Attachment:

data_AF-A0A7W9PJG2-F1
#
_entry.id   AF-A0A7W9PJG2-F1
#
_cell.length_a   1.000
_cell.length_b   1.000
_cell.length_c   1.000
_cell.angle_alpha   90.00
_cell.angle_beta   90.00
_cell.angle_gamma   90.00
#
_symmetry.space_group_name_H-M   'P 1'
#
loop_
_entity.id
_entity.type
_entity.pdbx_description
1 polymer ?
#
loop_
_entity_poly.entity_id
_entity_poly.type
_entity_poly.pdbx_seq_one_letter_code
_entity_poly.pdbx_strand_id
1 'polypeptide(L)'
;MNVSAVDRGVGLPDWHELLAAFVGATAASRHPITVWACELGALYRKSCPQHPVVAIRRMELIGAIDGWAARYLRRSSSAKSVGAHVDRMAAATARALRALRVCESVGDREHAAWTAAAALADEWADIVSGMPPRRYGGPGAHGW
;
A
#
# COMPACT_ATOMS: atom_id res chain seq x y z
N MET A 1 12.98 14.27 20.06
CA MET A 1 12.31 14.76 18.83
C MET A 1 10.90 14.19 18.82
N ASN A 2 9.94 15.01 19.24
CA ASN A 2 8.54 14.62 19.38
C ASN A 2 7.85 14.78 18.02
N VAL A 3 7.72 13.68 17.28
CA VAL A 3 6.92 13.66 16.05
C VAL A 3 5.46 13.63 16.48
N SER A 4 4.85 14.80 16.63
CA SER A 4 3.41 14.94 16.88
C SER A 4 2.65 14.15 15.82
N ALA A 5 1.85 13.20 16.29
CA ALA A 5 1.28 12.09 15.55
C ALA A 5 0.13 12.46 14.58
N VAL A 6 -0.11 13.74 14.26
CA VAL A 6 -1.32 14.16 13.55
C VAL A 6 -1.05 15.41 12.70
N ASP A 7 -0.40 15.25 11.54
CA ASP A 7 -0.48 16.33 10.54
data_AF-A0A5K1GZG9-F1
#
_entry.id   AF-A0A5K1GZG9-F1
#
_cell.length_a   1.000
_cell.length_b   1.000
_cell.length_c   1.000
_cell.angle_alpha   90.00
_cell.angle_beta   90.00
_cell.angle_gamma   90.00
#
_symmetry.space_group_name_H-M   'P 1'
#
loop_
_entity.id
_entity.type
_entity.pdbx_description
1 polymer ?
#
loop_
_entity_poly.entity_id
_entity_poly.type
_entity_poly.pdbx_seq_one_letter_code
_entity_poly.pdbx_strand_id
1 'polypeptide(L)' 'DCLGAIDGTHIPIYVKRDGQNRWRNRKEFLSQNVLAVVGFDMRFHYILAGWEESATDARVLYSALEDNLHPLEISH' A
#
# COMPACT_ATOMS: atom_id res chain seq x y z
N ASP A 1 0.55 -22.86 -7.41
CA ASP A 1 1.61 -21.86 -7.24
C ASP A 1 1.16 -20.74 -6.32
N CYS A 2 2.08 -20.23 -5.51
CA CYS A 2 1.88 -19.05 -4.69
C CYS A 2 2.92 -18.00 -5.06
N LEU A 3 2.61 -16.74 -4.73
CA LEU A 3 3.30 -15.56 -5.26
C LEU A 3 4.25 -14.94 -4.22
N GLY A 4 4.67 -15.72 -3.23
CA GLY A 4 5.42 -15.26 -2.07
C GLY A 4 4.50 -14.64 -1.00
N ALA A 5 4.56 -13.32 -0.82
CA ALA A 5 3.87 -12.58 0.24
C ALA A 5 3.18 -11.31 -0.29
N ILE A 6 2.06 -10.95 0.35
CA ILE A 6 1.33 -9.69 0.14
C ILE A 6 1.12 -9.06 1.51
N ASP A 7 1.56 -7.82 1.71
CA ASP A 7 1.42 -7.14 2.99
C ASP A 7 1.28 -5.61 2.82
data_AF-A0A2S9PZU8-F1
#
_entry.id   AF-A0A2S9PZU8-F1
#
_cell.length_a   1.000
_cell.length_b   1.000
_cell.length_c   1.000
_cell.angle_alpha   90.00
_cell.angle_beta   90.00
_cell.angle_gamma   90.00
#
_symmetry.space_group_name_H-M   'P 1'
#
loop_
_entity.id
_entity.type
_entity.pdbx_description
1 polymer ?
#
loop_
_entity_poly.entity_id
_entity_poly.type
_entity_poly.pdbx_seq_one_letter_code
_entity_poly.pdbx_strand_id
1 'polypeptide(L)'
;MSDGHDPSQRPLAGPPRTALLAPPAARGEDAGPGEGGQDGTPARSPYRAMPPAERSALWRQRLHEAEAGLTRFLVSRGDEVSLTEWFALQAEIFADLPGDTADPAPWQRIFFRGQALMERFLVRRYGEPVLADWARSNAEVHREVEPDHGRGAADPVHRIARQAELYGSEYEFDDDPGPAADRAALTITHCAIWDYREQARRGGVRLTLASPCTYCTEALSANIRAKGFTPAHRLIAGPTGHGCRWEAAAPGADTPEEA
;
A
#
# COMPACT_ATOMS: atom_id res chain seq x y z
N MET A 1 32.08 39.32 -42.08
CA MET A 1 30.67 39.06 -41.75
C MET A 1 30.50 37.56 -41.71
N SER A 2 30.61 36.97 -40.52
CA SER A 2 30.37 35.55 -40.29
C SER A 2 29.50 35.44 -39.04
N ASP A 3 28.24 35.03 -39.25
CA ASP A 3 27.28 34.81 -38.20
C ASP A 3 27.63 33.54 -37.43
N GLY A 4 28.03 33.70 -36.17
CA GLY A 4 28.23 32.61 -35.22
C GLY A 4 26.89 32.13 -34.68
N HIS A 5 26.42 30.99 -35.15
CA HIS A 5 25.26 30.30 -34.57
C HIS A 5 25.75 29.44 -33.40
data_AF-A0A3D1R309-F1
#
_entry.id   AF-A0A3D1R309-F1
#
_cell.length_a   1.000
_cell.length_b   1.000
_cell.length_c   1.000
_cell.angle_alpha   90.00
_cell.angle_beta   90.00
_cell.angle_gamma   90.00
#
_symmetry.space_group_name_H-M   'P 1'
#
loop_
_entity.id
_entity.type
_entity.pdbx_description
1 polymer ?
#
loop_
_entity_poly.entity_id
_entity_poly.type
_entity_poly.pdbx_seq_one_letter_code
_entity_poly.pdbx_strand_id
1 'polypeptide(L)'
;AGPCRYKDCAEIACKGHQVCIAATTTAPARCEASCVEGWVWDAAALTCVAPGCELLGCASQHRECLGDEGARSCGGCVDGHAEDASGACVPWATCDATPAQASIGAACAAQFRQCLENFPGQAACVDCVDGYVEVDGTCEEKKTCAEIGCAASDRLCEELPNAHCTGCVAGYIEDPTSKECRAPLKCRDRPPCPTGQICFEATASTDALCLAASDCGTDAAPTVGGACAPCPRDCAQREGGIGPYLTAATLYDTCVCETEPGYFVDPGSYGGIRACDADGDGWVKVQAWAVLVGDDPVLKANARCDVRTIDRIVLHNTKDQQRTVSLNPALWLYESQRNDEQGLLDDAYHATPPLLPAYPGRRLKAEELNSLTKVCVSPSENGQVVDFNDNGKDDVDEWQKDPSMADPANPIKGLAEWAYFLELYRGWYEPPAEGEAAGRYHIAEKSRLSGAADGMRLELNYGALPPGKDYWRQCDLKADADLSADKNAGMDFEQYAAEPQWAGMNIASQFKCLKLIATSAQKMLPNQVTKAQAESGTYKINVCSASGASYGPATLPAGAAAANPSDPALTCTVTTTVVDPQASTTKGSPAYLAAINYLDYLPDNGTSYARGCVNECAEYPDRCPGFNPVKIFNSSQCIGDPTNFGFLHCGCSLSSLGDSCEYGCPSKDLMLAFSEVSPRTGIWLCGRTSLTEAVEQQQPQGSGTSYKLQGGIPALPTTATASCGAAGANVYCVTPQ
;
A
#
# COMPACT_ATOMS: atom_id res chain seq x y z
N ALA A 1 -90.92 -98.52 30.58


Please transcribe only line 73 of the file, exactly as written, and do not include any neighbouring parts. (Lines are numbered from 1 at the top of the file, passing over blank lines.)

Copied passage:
_entity_poly.pdbx_seq_one_letter_code